Lactose Intolerance – Symptoms, Diagnosis and Management
Lactose intolerance is distinct from milk allergy, an immune response to cow’s milk proteins. They may be distinguished in diagnosis by giving lactose-free milk, producing no symptoms in the case of lactose intolerance, but the same reaction as to normal milk in the presence of a milk allergy.
Lactose is a sugar found in dairy products. It is a disaccharide because it has 2 molecules of simple sugar – glucose and galactose. Lactose intolerance is a common condition affecting about 40-60% of the population to varying degrees. Lactose intolerance is due to lack of an enzyme Lactase which is present in the small intestine.
Lactase breaks lactose down to glucose and galactose. Glucose and galactose are then absorbed in the small intestines and assimilated by the body. Lactose cannot be digested by the small intestine. Lactose intolerance is not a life-threatening condition, but the symptoms are uncomfortable.
Lactose intolerance is distinct from milk allergy, an immune response to cow’s milk proteins. They may be distinguished in diagnosis by giving lactose-free milk, producing no symptoms in the case of lactose intolerance, but the same reaction as to normal milk in the presence of a milk allergy. A person can have both conditions.
- Abdominal pain
- Bloating, diarrhea
- Gas, flatulence
Symptoms typically start thirty minutes to two hours after eating or drinking milk-based food. Severity typically depends on the amount a person eats or drinks and the level of lactase deficiency. Lactose intolerance does not cause damage to the gastrointestinal tract.
- Primary – amount of lactase declines with age
- Secondary – due to infection (bacterial or parasitic), inflammation (eg. celiac disease), or trauma (post intestinal surgery)
- Developmental – seen in premature babies. It improves over time
- Congenital – this is a rare condition
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- Increasing age. Lactose intolerance usually appears in adulthood. The condition is uncommon in babies and young children.
- Ethnicity. Lactose intolerance is most common in people of African, Asian, Hispanic, and American Indian descent. Less common in people of temperate climes descent.
- Premature birth. Infants born prematurely might have reduced levels of lactase because the small intestine doesn’t develop lactase-producing cells until late in the third trimester.
- Diseases affecting the small intestine. Small intestine problems that can cause lactose intolerance include bacterial overgrowth, celiac disease and Crohn’s disease.
- Certain cancer treatments. Radiation therapy for stomach cancer or intestinal complications from chemotherapy, the risk of developing lactose intolerance increases.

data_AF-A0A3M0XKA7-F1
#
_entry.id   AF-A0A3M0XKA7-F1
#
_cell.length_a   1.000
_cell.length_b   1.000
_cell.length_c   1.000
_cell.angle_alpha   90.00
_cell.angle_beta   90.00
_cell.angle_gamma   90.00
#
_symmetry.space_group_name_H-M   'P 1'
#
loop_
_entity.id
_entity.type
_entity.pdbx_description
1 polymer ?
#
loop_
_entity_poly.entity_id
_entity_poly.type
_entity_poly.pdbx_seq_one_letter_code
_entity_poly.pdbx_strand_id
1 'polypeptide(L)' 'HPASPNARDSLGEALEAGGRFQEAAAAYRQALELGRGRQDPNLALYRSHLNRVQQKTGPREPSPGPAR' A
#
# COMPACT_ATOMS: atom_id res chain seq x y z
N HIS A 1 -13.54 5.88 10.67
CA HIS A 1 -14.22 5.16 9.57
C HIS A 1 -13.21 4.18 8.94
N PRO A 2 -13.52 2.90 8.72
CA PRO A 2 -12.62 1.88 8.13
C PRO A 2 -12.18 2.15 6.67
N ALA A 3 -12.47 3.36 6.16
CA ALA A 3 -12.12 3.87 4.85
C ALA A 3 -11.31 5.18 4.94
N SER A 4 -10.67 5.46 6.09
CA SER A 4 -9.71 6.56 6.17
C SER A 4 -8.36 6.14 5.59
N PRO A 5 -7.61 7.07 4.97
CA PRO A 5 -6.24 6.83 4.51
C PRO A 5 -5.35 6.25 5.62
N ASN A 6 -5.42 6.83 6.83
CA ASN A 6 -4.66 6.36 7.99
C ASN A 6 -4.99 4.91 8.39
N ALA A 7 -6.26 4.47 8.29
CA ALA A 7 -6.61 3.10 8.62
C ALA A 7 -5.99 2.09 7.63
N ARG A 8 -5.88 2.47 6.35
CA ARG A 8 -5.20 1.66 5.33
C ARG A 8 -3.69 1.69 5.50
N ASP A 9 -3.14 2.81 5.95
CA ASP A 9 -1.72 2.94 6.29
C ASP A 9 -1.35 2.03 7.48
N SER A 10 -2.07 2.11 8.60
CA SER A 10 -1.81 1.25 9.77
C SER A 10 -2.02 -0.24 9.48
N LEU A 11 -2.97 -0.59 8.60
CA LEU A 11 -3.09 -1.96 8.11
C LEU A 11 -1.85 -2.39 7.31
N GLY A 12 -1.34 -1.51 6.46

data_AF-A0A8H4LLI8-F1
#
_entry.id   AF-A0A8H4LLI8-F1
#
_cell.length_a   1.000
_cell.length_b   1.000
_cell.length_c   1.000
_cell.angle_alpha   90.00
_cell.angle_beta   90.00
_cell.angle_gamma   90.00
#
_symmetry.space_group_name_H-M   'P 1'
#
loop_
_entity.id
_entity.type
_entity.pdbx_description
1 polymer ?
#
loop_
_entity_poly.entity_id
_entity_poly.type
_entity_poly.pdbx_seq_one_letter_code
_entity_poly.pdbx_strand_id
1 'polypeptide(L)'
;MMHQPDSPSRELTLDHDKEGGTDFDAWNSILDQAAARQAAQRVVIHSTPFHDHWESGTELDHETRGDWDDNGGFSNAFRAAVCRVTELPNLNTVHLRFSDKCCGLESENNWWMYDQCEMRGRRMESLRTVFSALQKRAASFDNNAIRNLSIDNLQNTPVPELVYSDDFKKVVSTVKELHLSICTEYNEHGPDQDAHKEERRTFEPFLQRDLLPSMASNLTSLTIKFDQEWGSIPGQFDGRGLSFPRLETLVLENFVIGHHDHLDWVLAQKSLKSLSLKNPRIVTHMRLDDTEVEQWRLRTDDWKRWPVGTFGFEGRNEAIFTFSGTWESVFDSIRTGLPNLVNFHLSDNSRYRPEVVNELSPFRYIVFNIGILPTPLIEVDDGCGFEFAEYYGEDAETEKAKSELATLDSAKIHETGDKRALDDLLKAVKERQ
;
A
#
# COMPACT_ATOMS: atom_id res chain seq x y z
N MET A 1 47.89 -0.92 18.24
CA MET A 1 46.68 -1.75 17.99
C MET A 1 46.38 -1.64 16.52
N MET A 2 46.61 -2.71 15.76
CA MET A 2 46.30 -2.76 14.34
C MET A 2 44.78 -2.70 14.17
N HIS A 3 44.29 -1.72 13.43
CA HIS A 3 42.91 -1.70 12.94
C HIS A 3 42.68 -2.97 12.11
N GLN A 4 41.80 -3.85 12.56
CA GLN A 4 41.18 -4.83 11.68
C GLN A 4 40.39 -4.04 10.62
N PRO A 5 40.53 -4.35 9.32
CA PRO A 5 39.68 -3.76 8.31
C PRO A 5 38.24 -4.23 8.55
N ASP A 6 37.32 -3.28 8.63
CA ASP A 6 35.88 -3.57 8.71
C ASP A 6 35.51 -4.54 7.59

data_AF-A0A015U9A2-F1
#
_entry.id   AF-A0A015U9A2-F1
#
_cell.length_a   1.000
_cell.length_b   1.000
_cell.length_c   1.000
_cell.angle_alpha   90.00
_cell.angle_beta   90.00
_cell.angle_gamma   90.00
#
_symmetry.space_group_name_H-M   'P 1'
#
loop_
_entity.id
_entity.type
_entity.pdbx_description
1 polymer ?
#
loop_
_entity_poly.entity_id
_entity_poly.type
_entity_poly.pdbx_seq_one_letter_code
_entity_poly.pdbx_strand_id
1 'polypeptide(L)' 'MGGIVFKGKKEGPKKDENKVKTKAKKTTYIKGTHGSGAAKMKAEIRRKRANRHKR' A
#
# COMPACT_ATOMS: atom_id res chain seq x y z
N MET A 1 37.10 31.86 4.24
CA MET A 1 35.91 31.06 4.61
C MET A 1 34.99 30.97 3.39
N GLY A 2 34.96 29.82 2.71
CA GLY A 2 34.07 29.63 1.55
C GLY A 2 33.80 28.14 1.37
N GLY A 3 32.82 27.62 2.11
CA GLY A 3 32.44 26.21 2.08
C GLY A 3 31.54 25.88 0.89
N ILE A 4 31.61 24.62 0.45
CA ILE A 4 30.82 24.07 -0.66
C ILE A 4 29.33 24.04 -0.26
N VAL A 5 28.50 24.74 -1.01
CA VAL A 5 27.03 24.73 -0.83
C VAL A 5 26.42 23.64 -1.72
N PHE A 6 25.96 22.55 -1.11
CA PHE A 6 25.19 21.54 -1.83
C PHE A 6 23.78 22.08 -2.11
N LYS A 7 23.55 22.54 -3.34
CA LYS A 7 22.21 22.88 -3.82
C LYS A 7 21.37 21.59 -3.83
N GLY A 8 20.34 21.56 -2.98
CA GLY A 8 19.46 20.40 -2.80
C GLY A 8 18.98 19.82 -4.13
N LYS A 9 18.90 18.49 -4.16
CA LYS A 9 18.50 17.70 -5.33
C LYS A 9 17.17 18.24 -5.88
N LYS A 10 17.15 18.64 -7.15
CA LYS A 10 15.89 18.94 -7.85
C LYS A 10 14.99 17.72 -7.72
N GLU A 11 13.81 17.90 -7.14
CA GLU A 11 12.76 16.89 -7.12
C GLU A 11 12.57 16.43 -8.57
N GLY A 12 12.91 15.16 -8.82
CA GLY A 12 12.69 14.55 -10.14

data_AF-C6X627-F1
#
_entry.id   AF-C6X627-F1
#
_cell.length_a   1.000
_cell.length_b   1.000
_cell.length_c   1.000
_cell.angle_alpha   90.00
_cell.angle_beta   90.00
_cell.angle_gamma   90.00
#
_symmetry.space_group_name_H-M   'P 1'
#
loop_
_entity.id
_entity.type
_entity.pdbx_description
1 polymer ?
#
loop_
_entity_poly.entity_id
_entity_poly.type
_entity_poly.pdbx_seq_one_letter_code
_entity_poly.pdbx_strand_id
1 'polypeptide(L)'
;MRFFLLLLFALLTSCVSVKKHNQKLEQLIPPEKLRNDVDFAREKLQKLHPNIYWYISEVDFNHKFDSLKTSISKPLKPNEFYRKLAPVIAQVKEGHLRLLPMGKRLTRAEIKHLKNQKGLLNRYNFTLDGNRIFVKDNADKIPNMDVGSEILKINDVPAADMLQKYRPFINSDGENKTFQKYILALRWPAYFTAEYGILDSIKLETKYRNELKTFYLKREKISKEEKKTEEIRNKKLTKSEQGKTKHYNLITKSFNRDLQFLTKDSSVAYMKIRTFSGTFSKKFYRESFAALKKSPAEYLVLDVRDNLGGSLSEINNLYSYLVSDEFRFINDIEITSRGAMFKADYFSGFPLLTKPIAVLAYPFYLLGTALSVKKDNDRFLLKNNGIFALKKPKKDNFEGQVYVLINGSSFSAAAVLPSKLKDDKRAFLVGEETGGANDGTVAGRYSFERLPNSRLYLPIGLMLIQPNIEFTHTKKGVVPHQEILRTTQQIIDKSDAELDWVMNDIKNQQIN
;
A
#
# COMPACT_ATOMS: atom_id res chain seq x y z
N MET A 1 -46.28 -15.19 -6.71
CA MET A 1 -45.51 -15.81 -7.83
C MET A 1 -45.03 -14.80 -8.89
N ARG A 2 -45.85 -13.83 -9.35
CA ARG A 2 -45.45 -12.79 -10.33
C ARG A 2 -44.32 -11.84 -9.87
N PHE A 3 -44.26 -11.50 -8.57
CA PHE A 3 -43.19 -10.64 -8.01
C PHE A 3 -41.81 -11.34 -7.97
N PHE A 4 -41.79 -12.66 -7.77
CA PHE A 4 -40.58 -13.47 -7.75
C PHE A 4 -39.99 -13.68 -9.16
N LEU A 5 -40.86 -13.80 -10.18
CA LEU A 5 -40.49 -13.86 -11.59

Clinical diagnosis is made when symptoms are eliminated with cessation of dairy products. Following supporting tests are recommended for effective diagnosis.
- Hydrogen breath test. After consuming a liquid that contains high levels of lactose, the amount of hydrogen in patient’s breath is measured at regular intervals. High levels of hydrogen indicate patients are not fully digesting and absorbing lactose.
- Lactose tolerance test. Two hours after drinking a liquid that contains high levels of lactose, patients undergo blood tests to measure the amount of glucose in the bloodstream. If glucose level doesn’t rise, the body is not properly digesting and absorbing the lactose-filled drink.
- Stool acidity test. Stool is normally alkaline but with lactose intolerance and infections it becomes acidic.
- Evaluate the presence of undiagnosed coeliac disease, Crohn disease, or other enteropathies when secondary lactase deficiency is suspected, and infectious gastroenteritis has been ruled out.
In secondary lactose intolerance, treatment of underlying conditions restores the ability to digest lactose over time. For example, in patients with celiac disease, lactose intolerance improves with gluten free diet.
Management of primary lactose intolerance is based on 4 principles – dietary avoidance, substitution to maintain nutrient intake, regulation of calcium intake, and use of enzyme substitute.
Dairy milk is substituted with plant-based milk such as soy milk, rice milk, almond milk, coconut milk, hazelnut milk, oat milk, hemp milk, macadamia nut milk, and peanut milk which are inherently lactose-free.
Lactase enzyme (β-galactosidase) pills commonly known as Lactaid are commercially available over the counter in most countries. If patient anticipates high lactose diet pills can be taken prior to the meal.
Probiotics are living organisms present intestines that help maintain a healthy digestive system. Probiotics are also available as active or “live” cultures in some yogurts and as supplements in capsule form.